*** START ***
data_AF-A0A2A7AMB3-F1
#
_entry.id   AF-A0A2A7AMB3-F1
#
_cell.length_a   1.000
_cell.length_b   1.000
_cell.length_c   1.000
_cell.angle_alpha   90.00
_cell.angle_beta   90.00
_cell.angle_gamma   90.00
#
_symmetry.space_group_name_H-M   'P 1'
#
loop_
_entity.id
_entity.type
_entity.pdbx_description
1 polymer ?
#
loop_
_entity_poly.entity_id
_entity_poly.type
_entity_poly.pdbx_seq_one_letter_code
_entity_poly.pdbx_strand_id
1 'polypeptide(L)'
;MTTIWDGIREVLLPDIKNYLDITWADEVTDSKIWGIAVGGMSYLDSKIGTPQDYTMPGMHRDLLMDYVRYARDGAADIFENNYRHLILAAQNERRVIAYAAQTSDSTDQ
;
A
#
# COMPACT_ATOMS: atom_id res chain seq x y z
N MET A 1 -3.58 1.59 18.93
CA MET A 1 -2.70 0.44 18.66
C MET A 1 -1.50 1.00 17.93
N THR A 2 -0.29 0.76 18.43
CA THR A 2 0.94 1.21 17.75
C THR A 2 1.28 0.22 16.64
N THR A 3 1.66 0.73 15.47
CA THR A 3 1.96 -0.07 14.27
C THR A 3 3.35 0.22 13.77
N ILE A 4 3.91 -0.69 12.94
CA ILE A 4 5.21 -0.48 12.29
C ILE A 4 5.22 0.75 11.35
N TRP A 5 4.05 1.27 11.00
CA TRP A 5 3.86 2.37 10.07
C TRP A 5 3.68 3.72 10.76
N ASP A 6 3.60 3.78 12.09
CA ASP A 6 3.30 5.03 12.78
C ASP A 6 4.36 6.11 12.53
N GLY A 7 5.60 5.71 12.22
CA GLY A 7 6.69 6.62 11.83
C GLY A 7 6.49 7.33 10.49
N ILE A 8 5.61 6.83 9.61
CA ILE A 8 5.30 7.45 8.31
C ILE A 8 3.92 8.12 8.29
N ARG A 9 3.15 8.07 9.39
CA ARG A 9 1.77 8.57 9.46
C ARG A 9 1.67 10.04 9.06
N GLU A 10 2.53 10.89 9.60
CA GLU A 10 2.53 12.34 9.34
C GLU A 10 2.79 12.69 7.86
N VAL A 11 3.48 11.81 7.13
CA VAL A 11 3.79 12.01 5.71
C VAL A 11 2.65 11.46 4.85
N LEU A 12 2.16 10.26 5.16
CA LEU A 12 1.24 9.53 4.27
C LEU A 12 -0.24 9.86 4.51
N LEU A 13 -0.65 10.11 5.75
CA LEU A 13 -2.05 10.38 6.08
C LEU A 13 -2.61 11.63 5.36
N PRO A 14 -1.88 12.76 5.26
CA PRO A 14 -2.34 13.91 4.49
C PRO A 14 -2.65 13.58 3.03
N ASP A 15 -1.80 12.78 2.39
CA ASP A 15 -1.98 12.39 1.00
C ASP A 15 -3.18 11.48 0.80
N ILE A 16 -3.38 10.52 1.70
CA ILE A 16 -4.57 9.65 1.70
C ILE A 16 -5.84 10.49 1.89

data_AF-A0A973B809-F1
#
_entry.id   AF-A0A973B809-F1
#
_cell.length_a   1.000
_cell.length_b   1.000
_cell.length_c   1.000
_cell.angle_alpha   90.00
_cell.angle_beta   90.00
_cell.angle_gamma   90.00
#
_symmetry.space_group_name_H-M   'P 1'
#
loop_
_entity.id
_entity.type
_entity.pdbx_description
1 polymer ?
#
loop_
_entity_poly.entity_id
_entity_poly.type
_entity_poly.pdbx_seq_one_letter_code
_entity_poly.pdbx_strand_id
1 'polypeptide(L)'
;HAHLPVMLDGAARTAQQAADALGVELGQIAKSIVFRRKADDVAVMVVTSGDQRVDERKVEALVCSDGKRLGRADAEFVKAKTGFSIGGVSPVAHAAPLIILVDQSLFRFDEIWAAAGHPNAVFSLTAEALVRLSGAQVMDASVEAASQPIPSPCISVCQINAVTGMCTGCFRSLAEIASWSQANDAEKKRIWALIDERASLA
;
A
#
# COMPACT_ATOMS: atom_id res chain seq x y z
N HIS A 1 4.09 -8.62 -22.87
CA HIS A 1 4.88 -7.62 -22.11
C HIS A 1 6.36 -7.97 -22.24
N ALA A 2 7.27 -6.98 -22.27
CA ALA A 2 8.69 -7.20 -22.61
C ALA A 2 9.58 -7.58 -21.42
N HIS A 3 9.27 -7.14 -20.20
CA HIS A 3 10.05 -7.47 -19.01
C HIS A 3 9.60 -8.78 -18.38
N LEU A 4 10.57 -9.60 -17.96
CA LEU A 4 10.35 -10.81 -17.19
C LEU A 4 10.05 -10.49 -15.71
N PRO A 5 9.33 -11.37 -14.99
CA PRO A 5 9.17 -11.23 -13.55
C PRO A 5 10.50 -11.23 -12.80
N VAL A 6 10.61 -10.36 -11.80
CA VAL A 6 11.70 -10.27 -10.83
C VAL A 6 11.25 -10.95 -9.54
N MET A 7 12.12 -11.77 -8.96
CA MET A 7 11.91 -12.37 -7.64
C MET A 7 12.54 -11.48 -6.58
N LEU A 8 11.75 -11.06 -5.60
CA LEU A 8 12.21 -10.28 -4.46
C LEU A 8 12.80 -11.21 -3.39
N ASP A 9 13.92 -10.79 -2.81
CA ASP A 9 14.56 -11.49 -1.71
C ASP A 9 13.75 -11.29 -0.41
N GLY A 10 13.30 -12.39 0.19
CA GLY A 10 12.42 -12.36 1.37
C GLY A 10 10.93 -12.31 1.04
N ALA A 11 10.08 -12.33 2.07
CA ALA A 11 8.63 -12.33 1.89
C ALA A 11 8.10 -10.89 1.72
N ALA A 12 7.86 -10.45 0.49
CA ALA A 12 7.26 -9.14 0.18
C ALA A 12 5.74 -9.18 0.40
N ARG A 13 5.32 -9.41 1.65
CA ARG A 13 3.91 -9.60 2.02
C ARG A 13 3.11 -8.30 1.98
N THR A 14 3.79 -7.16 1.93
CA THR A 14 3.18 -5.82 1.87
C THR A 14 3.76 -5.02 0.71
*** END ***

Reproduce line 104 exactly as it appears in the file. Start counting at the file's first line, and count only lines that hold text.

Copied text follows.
;HAHLPVMLDGAARTAQQAADALGVELGQIAKSIVFRRKADDVAVMVVTSGDQRVDERKVEALVCSDGKRLGRADAEFVKAKTGFSIGGVSPVAHAAPLIILVDQSLFRFDEIWAAAGHPNAVFSLTAEALVRLSGAQVMDASVEAASQPIPSPCISVCQINAVTGMCTGCFRSLAEIASWSQANDAEKKRIWALIDERASLA